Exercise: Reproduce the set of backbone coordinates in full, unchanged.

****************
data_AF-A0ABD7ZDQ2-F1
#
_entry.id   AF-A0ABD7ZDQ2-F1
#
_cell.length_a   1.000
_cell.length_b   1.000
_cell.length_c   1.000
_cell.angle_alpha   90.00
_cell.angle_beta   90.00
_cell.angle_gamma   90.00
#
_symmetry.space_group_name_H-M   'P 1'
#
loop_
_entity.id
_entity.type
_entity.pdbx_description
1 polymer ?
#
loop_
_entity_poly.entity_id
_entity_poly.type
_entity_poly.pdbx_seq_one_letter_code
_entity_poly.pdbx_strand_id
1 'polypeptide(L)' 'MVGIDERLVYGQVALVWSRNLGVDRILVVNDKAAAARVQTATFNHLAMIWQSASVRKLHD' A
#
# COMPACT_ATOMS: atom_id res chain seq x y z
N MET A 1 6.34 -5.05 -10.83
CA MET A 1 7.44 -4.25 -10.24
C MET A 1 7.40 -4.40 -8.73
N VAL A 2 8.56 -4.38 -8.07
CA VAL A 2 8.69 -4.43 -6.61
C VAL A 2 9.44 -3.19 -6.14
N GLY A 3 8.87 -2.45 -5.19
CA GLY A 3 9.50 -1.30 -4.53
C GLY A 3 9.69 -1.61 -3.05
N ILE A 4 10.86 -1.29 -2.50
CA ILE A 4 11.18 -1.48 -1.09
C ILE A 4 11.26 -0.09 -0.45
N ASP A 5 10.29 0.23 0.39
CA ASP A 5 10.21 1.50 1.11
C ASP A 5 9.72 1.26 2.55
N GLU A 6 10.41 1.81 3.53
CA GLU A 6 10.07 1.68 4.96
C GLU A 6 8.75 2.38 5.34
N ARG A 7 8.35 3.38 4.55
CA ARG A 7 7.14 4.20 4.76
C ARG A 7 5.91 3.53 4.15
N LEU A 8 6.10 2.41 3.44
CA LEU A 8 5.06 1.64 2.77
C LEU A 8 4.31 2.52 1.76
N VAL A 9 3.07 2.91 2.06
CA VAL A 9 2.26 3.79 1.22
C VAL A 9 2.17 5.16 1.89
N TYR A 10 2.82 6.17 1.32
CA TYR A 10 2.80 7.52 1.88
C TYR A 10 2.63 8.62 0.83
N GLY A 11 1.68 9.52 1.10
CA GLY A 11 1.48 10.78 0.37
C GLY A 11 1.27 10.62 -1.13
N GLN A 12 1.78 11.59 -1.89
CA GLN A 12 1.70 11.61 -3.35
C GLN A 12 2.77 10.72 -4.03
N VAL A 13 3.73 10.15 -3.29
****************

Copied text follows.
data_AF-A0ABD7ZDQ2-F1
#
_entry.id   AF-A0ABD7ZDQ2-F1
#
_cell.length_a   1.000
_cell.length_b   1.000
_cell.length_c   1.000
_cell.angle_alpha   90.00
_cell.angle_beta   90.00
_cell.angle_gamma   90.00
#
_symmetry.space_group_name_H-M   'P 1'
#
loop_
_entity.id
_entity.type
_entity.pdbx_description
1 polymer ?
#
loop_
_entity_poly.entity_id
_entity_poly.type
_entity_poly.pdbx_seq_one_letter_code
_entity_poly.pdbx_strand_id
1 'polypeptide(L)' 'MVGIDERLVYGQVALVWSRNLGVDRILVVNDKAAAARVQTATFNHLAMIWQSASVRKLHD' A
#
# COMPACT_ATOMS: atom_id res chain seq x y z
N MET A 1 6.34 -5.05 -10.83
CA MET A 1 7.44 -4.25 -10.24
C MET A 1 7.40 -4.40 -8.73
N VAL A 2 8.56 -4.38 -8.07
CA VAL A 2 8.69 -4.43 -6.61
C VAL A 2 9.44 -3.19 -6.14
N GLY A 3 8.87 -2.45 -5.19
CA GLY A 3 9.50 -1.30 -4.53
C GLY A 3 9.69 -1.61 -3.05
N ILE A 4 10.86 -1.29 -2.50
CA ILE A 4 11.18 -1.48 -1.09
C ILE A 4 11.26 -0.09 -0.45
N ASP A 5 10.29 0.23 0.39
CA ASP A 5 10.21 1.50 1.11
C ASP A 5 9.72 1.26 2.55
N GLU A 6 10.41 1.81 3.53
CA GLU A 6 10.07 1.68 4.96
C GLU A 6 8.75 2.38 5.34
N ARG A 7 8.35 3.38 4.55
CA ARG A 7 7.14 4.20 4.76
C ARG A 7 5.91 3.53 4.15
N LEU A 8 6.10 2.41 3.44
CA LEU A 8 5.06 1.64 2.77
C LEU A 8 4.31 2.52 1.76
N VAL A 9 3.07 2.91 2.06
CA VAL A 9 2.26 3.79 1.22
C VAL A 9 2.17 5.16 1.89
N TYR A 10 2.82 6.17 1.32
CA TYR A 10 2.80 7.52 1.88
C TYR A 10 2.63 8.62 0.83
N GLY A 11 1.68 9.52 1.10
CA GLY A 11 1.48 10.78 0.37
C GLY A 11 1.27 10.62 -1.13
N GLN A 12 1.78 11.59 -1.89
CA GLN A 12 1.70 11.61 -3.35
C GLN A 12 2.77 10.72 -4.03
N VAL A 13 3.73 10.15 -3.29